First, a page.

Materials Chemistry

Chemically tuning attractive and repulsive interactions between solubilizing oil droplets

Authors

Abstract

Solubilization is a spontaneous transport process occurring in surfactant-stabilized emulsions that can lead to Marangoni flow and droplet motility. Conventionally, active droplets exhibit self-propulsion and pairwise repulsion due to solubilization processes and/or solubilization products raising the droplet’s interfacial tension. Here, we report emulsions with the opposite behavior, wherein solubilization and/or its products decrease the interfacial tension and cause droplets to attract. We systematically characterize the influence of oil structure, nonionic surfactant structure, and surfactant concentration on the interfacial tensions and Marangoni flows of solubilizing oil-in-water drops. Three regimes corresponding to droplet “attraction”, “repulsion” or “inactivity” are identified and the chemical trends leading to these behaviors are discussed. Notably, droplet inactivity, wherein no convective flow is observed, can still occur even when the droplet is solubilizing at appreciable rates. Droplets that are inactive can be induced to become active through doping of the surfactant continuous phase with another oil type. We believe these studies contribute to a new fundamental understanding of solubilization processes in emulsions and provide guidance as to how chemical parameters can be used to influence the dynamics and chemotactic interactions between active droplets.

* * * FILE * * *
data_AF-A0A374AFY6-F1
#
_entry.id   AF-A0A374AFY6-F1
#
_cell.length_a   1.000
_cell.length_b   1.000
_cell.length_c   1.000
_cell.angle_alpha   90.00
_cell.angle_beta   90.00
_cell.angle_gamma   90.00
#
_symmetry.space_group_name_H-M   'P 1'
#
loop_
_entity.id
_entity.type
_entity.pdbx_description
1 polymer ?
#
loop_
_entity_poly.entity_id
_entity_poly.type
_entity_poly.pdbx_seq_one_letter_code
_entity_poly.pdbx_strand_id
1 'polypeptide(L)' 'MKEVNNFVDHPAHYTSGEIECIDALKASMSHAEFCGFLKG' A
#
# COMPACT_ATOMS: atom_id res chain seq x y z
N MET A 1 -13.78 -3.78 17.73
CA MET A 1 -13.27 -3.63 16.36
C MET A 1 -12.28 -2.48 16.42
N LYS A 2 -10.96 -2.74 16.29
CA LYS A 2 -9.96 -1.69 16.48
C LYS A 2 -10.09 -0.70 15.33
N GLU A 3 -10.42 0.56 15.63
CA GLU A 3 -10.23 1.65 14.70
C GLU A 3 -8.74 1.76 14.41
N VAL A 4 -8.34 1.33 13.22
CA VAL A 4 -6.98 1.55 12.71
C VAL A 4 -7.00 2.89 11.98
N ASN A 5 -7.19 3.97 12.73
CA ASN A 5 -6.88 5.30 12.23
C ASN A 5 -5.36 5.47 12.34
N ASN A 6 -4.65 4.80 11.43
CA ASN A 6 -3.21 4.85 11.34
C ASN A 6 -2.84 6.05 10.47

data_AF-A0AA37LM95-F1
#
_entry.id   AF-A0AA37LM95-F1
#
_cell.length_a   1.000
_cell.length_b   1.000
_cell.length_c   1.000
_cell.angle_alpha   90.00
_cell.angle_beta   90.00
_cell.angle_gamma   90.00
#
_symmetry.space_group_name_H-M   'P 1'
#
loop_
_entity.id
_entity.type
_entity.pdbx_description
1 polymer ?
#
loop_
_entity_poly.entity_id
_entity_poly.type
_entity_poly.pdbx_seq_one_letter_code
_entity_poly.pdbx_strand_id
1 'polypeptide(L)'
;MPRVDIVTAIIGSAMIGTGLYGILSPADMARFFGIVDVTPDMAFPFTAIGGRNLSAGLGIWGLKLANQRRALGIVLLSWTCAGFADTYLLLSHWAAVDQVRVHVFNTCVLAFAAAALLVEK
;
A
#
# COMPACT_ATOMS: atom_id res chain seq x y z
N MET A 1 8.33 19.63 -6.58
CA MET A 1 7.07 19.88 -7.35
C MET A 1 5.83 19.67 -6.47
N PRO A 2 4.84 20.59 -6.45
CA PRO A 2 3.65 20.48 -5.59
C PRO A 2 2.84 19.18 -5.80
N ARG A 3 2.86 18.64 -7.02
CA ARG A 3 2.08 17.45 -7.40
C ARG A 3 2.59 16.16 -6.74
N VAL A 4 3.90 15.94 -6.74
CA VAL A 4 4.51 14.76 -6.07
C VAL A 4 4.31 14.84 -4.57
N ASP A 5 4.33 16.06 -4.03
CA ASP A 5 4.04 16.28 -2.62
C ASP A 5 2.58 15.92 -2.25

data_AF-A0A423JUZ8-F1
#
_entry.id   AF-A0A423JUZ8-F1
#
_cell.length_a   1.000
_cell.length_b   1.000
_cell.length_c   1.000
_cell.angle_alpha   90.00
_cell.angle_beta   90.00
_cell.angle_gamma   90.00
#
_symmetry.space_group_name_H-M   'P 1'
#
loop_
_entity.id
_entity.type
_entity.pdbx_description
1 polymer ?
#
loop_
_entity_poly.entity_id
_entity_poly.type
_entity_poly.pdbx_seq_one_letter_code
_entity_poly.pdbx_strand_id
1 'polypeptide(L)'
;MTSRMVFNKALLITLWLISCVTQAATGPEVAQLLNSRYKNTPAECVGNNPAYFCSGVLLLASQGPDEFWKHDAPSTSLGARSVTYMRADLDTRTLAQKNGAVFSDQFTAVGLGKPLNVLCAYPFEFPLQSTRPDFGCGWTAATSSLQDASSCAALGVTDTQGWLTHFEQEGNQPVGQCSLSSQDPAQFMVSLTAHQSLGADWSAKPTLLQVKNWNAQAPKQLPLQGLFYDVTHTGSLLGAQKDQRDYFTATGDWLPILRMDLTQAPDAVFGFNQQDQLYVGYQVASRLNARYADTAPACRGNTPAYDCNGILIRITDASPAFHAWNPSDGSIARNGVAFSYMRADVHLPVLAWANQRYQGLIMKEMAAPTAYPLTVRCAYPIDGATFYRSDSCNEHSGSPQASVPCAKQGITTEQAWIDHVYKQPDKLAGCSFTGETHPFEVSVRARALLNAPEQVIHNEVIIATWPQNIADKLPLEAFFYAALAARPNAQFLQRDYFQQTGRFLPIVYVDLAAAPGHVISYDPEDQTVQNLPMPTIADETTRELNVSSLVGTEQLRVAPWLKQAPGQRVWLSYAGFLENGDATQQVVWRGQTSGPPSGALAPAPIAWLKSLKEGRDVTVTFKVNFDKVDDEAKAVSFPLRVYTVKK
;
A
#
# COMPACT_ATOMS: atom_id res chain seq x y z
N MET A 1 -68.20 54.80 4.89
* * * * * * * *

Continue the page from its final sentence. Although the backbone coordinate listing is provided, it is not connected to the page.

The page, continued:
Content

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Supplementary material

Thumbnail image of Video S1- Bromooctane 2 wt% Tergitol NP-12.m4v
Video S1
Video S1
Thumbnail image of Video S2- Bromopentane In 2 wt% Tergitol NP-12.m4v
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Video S2
Thumbnail image of Video S3 Iodohexadec in bromopent sat. 3 wt% NP-12.m4v
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Video S3
Thumbnail image of Video S4 Bromopent in bromooct sat. 3 wt% NP-12.m4v
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Video S4